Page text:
Nelson Mandela Foundation

As a young, passionate, and active archivist deeply immersed in the vibrant tapestry of South Africa’s democratic journey, I find myself reflecting on the profound importance of archives, especially during this season of elections in our country. In the heart of this dynamic landscape, the Nelson Mandela Foundation stands as a guiding light, not only preserving history but actively shaping the present and future of our democracy.

For me, archives are not just dusty shelves filled with old documents, they are living repositories of our collective memory, holding the stories of the struggle, resilience, and triumph that define our nation's identity. As I sift through the preserved artifacts in Madiba’s Archive, I am reminded of the sacrifices made by courageous individuals like Madiba and countless others who fought tirelessly for freedom and justice. Their voices echo through the corridors of history, inspiring us to uphold the principles of democracy and equality.

As we come out of this season of elections, the role of archives takes on a new significance. As citizens prepare to exercise their democratic rights, access to reliable and trustworthy information becomes essential. The archival materials housed within the Foundation provide invaluable insights into South Africa’s political evolution, offering a window into the past that informs our present choices and future aspirations. From Madiba’s historic speeches and interviews to personal correspondence such as prison letters and desk calendars, these documents serve as a testament to the struggles and triumphs of our democracy, empowering us to show up and make informed decisions at the ballot box.

Beyond preserving history, the Foundation plays an active role in driving critical conversations around promoting civic engagement and voter education. Through outreach programmes such as the upcoming “Making Reading Fun” programme for school kids between the ages of 12 and 14 happening on the 25th of May 2024, critical dialogue, and advocacy series such as the “2024 elections: The role of civil society” that was held on the 12th of October in 2023, the Foundation has made it a point to create space that empower South Africans in creating a democratic culture driven by accountability and critical conversations.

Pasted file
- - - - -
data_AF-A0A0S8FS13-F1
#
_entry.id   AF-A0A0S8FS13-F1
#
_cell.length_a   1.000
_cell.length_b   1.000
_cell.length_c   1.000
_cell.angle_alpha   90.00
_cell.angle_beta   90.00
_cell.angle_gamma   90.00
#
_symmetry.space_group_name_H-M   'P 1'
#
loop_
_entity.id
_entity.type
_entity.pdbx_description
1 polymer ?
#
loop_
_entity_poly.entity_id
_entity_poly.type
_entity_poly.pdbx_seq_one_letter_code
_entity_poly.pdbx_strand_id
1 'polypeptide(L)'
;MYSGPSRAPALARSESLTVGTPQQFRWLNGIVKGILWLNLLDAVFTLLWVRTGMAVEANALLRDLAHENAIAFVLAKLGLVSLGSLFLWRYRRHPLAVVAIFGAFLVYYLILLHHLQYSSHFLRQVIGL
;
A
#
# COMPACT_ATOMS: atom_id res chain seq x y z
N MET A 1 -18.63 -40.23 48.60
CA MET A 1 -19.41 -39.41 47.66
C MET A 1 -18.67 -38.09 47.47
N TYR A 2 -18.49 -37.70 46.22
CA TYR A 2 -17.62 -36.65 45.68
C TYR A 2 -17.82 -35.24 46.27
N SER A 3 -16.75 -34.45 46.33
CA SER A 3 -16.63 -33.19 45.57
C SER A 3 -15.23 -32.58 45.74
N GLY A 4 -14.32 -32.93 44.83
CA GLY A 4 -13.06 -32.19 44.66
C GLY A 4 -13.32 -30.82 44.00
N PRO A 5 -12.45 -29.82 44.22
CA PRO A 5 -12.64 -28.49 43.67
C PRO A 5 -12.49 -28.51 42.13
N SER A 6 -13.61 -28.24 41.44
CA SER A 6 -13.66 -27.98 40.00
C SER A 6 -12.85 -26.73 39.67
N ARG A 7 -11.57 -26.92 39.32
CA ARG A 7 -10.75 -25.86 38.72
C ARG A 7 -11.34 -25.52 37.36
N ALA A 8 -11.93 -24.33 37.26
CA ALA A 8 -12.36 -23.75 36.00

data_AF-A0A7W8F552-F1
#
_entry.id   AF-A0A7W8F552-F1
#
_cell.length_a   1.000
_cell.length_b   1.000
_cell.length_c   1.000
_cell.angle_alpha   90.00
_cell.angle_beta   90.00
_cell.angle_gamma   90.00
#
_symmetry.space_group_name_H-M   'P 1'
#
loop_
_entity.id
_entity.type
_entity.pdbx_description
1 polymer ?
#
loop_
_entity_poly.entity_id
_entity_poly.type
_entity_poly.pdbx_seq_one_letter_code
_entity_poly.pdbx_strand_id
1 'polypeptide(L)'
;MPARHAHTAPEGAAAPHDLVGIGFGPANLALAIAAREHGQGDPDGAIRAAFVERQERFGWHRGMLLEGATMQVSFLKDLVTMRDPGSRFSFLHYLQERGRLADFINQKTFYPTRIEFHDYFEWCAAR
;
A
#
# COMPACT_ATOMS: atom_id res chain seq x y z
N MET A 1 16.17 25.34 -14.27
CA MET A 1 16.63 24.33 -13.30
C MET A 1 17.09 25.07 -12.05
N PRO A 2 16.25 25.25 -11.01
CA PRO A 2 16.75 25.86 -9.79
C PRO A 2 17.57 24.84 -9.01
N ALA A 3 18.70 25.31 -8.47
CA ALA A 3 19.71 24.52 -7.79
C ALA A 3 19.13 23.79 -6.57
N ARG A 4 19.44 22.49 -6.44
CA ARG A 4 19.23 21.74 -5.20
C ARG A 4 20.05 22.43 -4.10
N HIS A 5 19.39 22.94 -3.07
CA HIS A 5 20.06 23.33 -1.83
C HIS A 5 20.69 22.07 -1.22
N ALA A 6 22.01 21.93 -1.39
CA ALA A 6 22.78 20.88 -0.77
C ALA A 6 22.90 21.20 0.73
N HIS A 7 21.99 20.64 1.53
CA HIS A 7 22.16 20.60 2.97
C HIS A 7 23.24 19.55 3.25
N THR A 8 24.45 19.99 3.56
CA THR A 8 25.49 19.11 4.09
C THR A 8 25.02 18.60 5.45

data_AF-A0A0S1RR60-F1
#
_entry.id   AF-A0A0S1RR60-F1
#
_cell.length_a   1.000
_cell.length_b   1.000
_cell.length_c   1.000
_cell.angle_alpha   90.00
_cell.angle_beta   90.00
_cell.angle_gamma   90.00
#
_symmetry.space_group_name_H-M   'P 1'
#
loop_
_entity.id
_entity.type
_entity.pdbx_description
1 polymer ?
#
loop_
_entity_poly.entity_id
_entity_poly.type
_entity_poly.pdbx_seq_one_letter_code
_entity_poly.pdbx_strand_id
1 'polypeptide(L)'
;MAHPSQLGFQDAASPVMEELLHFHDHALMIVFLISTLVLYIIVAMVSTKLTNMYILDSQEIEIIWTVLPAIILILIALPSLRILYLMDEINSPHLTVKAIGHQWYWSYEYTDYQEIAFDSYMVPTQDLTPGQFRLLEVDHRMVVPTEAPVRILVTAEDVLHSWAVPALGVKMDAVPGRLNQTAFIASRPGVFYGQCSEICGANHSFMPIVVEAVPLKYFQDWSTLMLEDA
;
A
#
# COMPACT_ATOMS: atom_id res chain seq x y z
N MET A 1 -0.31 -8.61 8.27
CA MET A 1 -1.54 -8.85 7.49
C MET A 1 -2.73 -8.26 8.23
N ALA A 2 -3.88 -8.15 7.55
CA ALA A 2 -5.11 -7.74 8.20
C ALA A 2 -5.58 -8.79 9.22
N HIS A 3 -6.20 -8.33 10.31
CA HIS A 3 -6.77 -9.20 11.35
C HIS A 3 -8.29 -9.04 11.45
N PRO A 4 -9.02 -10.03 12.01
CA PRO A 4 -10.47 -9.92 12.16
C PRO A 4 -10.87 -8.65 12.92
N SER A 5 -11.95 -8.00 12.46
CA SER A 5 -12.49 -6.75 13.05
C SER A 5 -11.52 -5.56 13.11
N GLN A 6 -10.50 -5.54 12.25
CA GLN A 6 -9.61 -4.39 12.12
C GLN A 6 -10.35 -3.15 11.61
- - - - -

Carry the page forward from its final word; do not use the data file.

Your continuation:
On the 27th of April the Foundation in partnership with researchers from Loughborough University celebrated Freedom Day by hosting onsite and virtual workshops with students from the University of Johannesburg, Tshwane University of Technology, University of Pretoria, Vega School, Inscape and Loughborough University. The workshop explored Design Inquiry as a research methodology through the lens of Graphic Heritage. With a focus on six locations in Gauteng that are named after Madiba, the workshop explored how graphic heritage reveals as much about absence as it does about presence. Participants were also introduced to archival practice and the role of the Archive at the Centre of Memory (ACoM) that preserves Madiba’s legacy and provides access to it.

These workshops were a build-up of the latest exhibition that was launched by the Foundation and Loughborough University on the 25th of April 2024 titled “Named after Nelson” which incorporates interactive graphic elements and educational archival materials that not only educate youth about Madiba’s legacy but also encourages the importance of civic participation. In addition, on the 16th of April 2024 the Foundation in collaboration with the Ahmed Kathrada Foundation screened a special documentary titled “Tomorrow’s Freedom” produced by Sophia Scott on Marwan Barghouti, a Palestinian leader and political prisoner, who is entering his 23rd year of a prison term of 4 consecutive life sentences plus 40 years.

By fostering civic literacy and political awareness, the Foundation played the role of a platform and space that ensured that the voices of all citizens were heard and respected, laying the groundwork for a more inclusive and responsive democracy.

As I navigated the busy streets of Soweto during the 2024 election season, I was filled with a sense of purpose and possibility, and this was amplified as I took part in the making of history as I lined up to vote. Armed with the knowledge acquired from our archives and inspired by the legacy of Nelson Mandela, I am committed to playing my part in shaping the future of our nation. For me, being an archivist is not just a profession, it is a calling, a responsibility to preserve our past, inform our present, and inspire our future.

The Archives and the Foundation are mandatory pillars of democracy in South Africa. As a young and active archivist, I am proud to play a role in preserving our nation’s history and shaping its democratic future. Together, we will honour the sacrifices of those who came before us and build a brighter tomorrow for generations to come.